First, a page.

Dr. Seaquist, an area resident since 1969, was a native of Pasadena, Calif. He was a 1949 sociology graduate of Pacific Lutheran University in Tacoma, Wash. He received a master's degree in psychology from the University of Pacific in California and a psychology doctorate from the University of Texas.

He entered the Army Air Forces in 1943 and was commissioned the following year. His World War II service included tours as a pilot flying over "The Hump" in the China-Burma-India theater. He left active duty after the war, then returned to active duty as an Air Force psychologist during the Korean conflict. He was stationed at Andrews Air Force Base when he retired from active duty.

Dr. Seaquist's military decorations included the Air Force Commendation Medal.

Survivors include his wife, Carol J., of Clinton; two sons, Stephen, of Temple Hills, and Rodger, of Waldorf; two daughters, Laurie Seaquist of Palm Bay, Fla., and Kristine Easley of Clinton; a sister, Margie Lyons of Escalon, Calif.; and five grandchildren.


Dry-Cleaning Innovator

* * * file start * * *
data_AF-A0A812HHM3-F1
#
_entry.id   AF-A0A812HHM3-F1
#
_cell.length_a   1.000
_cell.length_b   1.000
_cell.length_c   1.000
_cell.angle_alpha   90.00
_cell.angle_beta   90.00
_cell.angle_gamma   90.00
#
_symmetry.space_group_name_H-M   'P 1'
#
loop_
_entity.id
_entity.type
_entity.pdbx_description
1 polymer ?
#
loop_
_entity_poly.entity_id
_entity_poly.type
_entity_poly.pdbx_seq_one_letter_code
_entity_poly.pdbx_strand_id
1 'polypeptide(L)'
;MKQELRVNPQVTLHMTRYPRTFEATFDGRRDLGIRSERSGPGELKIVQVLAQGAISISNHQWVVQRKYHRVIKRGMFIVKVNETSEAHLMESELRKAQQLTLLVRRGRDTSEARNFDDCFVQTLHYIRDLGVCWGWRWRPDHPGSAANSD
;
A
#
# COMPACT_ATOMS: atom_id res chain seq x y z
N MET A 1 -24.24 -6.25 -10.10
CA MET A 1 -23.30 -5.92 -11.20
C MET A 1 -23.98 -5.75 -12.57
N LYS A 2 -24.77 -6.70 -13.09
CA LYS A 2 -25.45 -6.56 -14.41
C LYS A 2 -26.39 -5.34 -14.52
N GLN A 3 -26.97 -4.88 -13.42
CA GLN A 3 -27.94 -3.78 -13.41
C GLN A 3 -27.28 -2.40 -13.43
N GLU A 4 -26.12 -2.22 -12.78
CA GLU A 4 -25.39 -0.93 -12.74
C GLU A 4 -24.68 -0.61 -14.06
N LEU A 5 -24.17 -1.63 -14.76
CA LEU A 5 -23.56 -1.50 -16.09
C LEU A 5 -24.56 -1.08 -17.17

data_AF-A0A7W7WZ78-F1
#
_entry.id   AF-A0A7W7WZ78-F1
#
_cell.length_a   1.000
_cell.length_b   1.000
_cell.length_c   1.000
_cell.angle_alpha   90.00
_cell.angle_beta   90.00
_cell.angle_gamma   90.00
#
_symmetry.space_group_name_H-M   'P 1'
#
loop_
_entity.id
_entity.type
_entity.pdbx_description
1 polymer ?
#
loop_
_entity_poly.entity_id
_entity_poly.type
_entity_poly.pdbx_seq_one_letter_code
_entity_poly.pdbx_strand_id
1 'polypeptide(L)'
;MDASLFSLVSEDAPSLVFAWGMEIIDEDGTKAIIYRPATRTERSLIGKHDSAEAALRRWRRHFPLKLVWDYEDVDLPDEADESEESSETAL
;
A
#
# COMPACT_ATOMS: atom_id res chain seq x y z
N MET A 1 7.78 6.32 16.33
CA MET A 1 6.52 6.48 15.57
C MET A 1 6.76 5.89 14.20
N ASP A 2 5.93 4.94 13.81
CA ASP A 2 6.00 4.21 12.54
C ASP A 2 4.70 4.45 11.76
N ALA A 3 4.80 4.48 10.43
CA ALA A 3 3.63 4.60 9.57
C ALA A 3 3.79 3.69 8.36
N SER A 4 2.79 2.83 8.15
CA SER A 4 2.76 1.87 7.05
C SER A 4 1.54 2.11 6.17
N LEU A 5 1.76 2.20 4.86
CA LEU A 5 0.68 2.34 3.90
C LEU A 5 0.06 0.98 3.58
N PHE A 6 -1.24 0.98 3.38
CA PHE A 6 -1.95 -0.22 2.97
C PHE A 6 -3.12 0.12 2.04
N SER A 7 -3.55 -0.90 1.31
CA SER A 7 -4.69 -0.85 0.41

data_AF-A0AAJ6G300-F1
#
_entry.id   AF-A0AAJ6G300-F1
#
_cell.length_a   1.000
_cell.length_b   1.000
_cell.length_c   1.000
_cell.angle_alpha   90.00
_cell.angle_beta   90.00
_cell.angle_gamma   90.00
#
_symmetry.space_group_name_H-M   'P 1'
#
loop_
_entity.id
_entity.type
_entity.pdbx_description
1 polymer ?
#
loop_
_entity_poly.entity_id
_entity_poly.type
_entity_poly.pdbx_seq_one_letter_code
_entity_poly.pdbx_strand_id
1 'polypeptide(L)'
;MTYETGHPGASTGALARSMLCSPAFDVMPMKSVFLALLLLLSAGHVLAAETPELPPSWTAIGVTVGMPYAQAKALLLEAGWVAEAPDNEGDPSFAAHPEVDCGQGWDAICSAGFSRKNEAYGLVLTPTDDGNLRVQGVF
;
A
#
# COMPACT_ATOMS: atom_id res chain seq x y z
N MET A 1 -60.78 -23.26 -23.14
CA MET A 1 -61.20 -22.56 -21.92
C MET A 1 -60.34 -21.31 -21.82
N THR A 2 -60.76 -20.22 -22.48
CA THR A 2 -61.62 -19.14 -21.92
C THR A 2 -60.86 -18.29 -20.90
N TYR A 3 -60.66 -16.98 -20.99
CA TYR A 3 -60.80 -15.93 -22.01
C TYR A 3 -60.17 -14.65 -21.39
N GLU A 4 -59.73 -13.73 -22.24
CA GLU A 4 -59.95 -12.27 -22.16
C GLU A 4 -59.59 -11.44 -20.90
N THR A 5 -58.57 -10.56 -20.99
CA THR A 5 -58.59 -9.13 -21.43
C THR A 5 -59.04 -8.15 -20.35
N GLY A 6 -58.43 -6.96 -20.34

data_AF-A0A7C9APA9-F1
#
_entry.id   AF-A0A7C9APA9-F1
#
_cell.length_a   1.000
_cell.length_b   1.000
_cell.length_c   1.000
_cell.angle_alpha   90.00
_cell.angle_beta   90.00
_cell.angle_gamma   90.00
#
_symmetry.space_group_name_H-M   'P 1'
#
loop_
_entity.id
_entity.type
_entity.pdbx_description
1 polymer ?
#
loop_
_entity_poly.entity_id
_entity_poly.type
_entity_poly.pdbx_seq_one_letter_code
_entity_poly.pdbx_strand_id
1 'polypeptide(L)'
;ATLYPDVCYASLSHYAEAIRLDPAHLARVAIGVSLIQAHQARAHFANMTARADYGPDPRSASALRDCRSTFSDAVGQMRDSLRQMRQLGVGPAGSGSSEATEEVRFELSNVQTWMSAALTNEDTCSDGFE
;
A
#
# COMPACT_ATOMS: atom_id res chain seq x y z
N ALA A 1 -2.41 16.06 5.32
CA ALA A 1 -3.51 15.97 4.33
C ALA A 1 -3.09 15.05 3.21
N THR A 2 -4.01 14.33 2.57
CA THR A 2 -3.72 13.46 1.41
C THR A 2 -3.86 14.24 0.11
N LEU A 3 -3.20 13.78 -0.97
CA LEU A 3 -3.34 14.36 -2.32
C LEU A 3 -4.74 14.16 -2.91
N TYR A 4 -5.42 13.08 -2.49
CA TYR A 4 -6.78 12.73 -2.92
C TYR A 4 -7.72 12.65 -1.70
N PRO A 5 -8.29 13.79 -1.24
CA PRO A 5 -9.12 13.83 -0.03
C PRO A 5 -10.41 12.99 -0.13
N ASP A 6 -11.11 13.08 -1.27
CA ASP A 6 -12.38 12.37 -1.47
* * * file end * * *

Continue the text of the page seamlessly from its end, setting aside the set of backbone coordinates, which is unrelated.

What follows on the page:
Benjamin Weller, 81, a businessman who helped develop the process of one-hour dry cleaning, died of kidney failure Oct. 26 at Bedford Court Nursing Home in Silver Spring.

Mr. Weller, who lived in Silver Spring, was born in Altoona, Pa. He moved to the Washington area in 1939 and worked in a variety of sales positions for the next 10 years.

In 1949, he and a partner developed a synthetic solvent procedure that shortened the dry-cleaning process from a matter of several days to as little as one hour. That led to the formation of a chain of one-hour martinizing shops in cooperation with the Martin Equipment Co. of Buffalo.

Mr. Weller subsequently owned and operated a chain of 28 such dry-cleaning shops in Maryland, Virginia and the Carolinas.

Later, he sold the stores and distributed cleaning equipment and supplies. He retired in the late 1980s.

Survivors include his wife of 59 years, Jeane Weller, and a daughter, Marci Bulitt, both of Silver Spring; two grandchildren; and two great-grandchildren.